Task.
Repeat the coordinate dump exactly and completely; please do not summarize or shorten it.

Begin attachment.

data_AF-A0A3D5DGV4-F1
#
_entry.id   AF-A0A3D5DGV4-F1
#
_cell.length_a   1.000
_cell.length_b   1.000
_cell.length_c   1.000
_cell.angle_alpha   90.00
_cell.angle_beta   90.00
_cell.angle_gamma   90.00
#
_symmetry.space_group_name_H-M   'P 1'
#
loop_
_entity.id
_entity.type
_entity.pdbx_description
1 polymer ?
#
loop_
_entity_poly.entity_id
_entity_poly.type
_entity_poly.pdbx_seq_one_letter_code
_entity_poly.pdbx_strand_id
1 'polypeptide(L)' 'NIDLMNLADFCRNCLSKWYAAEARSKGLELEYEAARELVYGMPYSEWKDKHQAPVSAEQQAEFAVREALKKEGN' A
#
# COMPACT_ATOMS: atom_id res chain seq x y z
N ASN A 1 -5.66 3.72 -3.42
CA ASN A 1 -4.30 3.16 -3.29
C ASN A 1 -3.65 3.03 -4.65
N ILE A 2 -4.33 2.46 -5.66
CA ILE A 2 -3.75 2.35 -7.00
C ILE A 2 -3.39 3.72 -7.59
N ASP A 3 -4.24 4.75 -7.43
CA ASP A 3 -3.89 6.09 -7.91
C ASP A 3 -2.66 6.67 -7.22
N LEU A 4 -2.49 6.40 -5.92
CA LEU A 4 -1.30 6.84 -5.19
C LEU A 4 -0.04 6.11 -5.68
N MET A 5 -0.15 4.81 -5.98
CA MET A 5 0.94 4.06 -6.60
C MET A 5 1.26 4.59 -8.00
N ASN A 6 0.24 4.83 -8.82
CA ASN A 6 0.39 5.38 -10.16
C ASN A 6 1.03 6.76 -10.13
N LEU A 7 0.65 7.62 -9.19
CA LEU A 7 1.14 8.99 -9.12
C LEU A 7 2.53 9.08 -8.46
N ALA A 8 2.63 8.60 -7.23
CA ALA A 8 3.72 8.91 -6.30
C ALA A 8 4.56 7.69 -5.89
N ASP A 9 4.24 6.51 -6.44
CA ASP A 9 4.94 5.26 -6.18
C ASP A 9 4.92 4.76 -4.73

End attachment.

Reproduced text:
data_AF-A0A3D5DGV4-F1
#
_entry.id   AF-A0A3D5DGV4-F1
#
_cell.length_a   1.000
_cell.length_b   1.000
_cell.length_c   1.000
_cell.angle_alpha   90.00
_cell.angle_beta   90.00
_cell.angle_gamma   90.00
#
_symmetry.space_group_name_H-M   'P 1'
#
loop_
_entity.id
_entity.type
_entity.pdbx_description
1 polymer ?
#
loop_
_entity_poly.entity_id
_entity_poly.type
_entity_poly.pdbx_seq_one_letter_code
_entity_poly.pdbx_strand_id
1 'polypeptide(L)' 'NIDLMNLADFCRNCLSKWYAAEARSKGLELEYEAARELVYGMPYSEWKDKHQAPVSAEQQAEFAVREALKKEGN' A
#
# COMPACT_ATOMS: atom_id res chain seq x y z
N ASN A 1 -5.66 3.72 -3.42
CA ASN A 1 -4.30 3.16 -3.29
C ASN A 1 -3.65 3.03 -4.65
N ILE A 2 -4.33 2.46 -5.66
CA ILE A 2 -3.75 2.35 -7.00
C ILE A 2 -3.39 3.72 -7.59
N ASP A 3 -4.24 4.75 -7.43
CA ASP A 3 -3.89 6.09 -7.91
C ASP A 3 -2.66 6.67 -7.22
N LEU A 4 -2.49 6.40 -5.92
CA LEU A 4 -1.30 6.84 -5.19
C LEU A 4 -0.04 6.11 -5.68
N MET A 5 -0.15 4.81 -5.98
CA MET A 5 0.94 4.06 -6.60
C MET A 5 1.26 4.59 -8.00
N ASN A 6 0.24 4.83 -8.82
CA ASN A 6 0.39 5.38 -10.16
C ASN A 6 1.03 6.76 -10.13
N LEU A 7 0.65 7.62 -9.19
CA LEU A 7 1.14 8.99 -9.12
C LEU A 7 2.53 9.08 -8.46
N ALA A 8 2.63 8.60 -7.23
CA ALA A 8 3.72 8.91 -6.30
C ALA A 8 4.56 7.69 -5.89
N ASP A 9 4.24 6.51 -6.44
CA ASP A 9 4.94 5.26 -6.18
C ASP A 9 4.92 4.76 -4.73